When a person is arrested, they are given certain rights by the 6th amendment of the Bill of Rights. This can be broken down into five parts which protect the accused. These rights are partially laid out in the Miranda Rights given by an arresting officer but will be fully explained here.

The first right is to a prompt criminal trial. Infractions of this right are considered by four separate factors; the reasons for the postponement, the length of the postponement, the effects of the postponement on the perceived guilt of the accused, and whether the defendant has asserted the right to a speedy trial. If it is determined that this right has been infringed then the criminal charges can be dismissed.

The second right is the right to an impartial jury. This impartiality will ensure that the trial and subsequent sentence are delivered fairly and without prejudice. This right also guarantees that the jury members will represent a fair selection of the community. In the jury selection process, both the defense and the prosecution will interview potential members and determine if any bias exists.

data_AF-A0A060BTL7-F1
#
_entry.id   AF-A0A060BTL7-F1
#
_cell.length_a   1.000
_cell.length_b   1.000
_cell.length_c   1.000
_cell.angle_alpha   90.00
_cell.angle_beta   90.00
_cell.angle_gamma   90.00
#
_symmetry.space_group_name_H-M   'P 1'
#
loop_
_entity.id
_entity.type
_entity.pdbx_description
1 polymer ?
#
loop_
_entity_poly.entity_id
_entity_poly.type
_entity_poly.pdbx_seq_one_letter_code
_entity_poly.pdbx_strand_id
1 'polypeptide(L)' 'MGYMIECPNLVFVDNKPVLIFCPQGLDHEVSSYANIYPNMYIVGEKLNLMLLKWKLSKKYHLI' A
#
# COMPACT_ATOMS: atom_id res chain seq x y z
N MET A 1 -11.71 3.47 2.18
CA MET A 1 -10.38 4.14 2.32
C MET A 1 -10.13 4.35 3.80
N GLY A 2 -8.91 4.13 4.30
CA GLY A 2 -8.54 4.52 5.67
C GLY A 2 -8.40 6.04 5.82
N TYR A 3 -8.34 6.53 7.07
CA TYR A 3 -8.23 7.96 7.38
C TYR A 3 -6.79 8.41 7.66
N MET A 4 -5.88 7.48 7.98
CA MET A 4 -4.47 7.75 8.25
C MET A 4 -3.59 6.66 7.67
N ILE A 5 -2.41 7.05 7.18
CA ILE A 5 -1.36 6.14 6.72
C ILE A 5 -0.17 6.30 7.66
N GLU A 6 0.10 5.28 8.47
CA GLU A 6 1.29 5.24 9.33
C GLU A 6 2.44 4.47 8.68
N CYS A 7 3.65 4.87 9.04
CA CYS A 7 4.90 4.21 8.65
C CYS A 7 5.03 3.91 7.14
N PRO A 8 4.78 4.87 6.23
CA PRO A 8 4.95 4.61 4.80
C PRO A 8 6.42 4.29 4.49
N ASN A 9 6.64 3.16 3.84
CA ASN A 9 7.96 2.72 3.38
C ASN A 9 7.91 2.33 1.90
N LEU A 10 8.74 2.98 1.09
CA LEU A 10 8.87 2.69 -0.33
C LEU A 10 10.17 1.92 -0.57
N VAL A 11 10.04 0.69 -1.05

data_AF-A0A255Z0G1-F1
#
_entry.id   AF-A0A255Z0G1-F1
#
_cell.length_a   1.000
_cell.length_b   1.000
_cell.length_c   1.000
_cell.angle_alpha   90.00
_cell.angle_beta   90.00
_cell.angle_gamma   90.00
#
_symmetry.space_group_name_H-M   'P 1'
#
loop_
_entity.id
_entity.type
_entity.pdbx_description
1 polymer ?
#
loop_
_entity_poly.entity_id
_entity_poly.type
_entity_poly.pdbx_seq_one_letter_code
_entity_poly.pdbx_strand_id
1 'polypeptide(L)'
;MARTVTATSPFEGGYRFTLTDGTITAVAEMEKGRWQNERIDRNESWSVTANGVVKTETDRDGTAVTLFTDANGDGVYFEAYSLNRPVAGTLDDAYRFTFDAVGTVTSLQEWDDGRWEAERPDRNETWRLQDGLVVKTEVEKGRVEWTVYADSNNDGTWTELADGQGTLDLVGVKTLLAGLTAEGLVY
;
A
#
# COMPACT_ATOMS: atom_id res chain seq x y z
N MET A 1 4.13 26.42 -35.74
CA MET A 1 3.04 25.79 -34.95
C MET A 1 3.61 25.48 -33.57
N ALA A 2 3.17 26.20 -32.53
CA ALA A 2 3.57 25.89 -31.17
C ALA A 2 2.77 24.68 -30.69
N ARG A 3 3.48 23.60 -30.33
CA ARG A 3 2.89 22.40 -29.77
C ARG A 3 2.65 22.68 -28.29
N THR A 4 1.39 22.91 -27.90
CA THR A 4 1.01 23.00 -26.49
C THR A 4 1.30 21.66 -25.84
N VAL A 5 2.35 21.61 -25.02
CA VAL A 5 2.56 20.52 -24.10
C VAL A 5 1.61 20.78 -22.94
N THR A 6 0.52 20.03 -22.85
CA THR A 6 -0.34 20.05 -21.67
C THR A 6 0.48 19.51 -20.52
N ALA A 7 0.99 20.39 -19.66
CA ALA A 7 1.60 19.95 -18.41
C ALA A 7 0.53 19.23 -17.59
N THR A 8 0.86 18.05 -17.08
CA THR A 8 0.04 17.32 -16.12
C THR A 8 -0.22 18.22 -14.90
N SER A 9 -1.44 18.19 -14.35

The third provides that the accused will be presented with their criminal charges. This is provided by an indictment in a felony case or an information in a misdemeanor case. In each case, the charges are specifically outlined aloud in court.

The fourth is the Confrontation Clause, which means that the defendant will be allowed to cross-examine all witnesses. This prevents rumors and hearsay accounts to affect the outcome of a trial. The defendant is also allowed to bring witnesses to their benefit.

The last is the right to an attorney. If you have been charged with a crime, then don’t wait to secure counsel. Contact an experienced criminal defense attorney in San Antonio who can protect your rights.